Accumulation of detail isn’t something that’s typical of the short-story, a form whose watchwords are “focus” and “compression.” The standard advice is that to write a successful literary one, you need to cut away everything that’s extraneous (although what counts as “extraneous” is up for debate). This logic is successfully challenged in ensemble pieces like the ones discussed above, where spinning out from a centre and collecting ever more material means that by the end everything has coalesced into something that’s recognisably story-ish. But the stories that plunge a smaller cast of characters into a centrifuge seem to create the opposite effect. In “haptic,” for example, we start with Sofia smoking on a balcony at a fairly sedate house party/birthday party; we proceed to head-hop to the birthday boy and the other guests, getting a bit of each one’s backstory; there’s the presentation of the birthday gift, a bit more head-hopping, and we’re done. There’s the hint of a will-they-won’t-they tension between two of the characters – an intrigue that’s repeated for another pair in “star jelly” – but focussing fairly equal amounts of attention on everyone means it’s difficult to feel particularly invested in any one character.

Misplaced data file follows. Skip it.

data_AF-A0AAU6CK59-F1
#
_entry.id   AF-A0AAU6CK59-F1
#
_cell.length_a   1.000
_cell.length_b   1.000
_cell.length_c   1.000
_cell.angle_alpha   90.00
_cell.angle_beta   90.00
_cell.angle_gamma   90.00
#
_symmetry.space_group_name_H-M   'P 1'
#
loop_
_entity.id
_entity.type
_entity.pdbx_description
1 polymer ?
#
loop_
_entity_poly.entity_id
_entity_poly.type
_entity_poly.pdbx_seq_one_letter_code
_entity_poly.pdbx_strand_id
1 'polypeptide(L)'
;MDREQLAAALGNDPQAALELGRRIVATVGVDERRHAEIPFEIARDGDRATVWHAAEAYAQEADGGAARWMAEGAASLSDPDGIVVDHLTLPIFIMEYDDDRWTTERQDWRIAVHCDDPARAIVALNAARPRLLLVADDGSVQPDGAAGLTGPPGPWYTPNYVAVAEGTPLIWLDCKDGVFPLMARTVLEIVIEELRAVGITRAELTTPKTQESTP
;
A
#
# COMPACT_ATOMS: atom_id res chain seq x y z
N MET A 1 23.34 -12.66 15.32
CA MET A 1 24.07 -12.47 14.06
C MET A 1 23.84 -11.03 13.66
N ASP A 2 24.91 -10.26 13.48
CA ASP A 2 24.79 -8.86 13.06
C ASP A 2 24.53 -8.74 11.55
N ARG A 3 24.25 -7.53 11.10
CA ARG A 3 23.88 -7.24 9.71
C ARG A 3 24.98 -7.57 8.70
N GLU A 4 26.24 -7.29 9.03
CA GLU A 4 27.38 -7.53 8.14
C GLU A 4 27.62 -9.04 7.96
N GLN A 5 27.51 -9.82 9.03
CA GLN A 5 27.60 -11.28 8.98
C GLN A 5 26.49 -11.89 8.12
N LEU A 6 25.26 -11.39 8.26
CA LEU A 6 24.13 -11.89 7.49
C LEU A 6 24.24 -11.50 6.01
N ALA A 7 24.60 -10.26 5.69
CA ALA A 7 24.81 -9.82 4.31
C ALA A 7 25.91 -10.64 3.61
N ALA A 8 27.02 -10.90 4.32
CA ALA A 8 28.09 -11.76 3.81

Something about the prose itself contributes to this odd flattening effect. Even though we have access to characters’ thoughts and even though a few stories, by being in the second person, seek to make the experiences described happen to the reader directly, there’s still a barrier to empathy. For many of the stories I can remember what happened but not very much about who they happened to. The title story, “the skellington dance,” and “hold fast” all elicited the curious sensation of watching a documentary with the volume turned down, of the voice-over being withheld. This lasting impression of soundlessness sent me flicking back through the collection to find that there is in fact very little speech, and what there is tends to be terse and indirectly reported. Apart from the three stories in the second person, all bar one are in the third person, and this, alongside the lack of dialogue, means that we miss out on the inflections of both a character’s interior and exterior conversations. At worst, this makes the characters interchangeable; at best it means they are remembered by their actions or situation: the girl who went to see the Northern Lights by herself (“hold fast”), the mum whose son was born with a crooked spine (“the skellington dance”), the fisherman who gets involved in something dodgy that goes badly for him (“how to gut a fish”).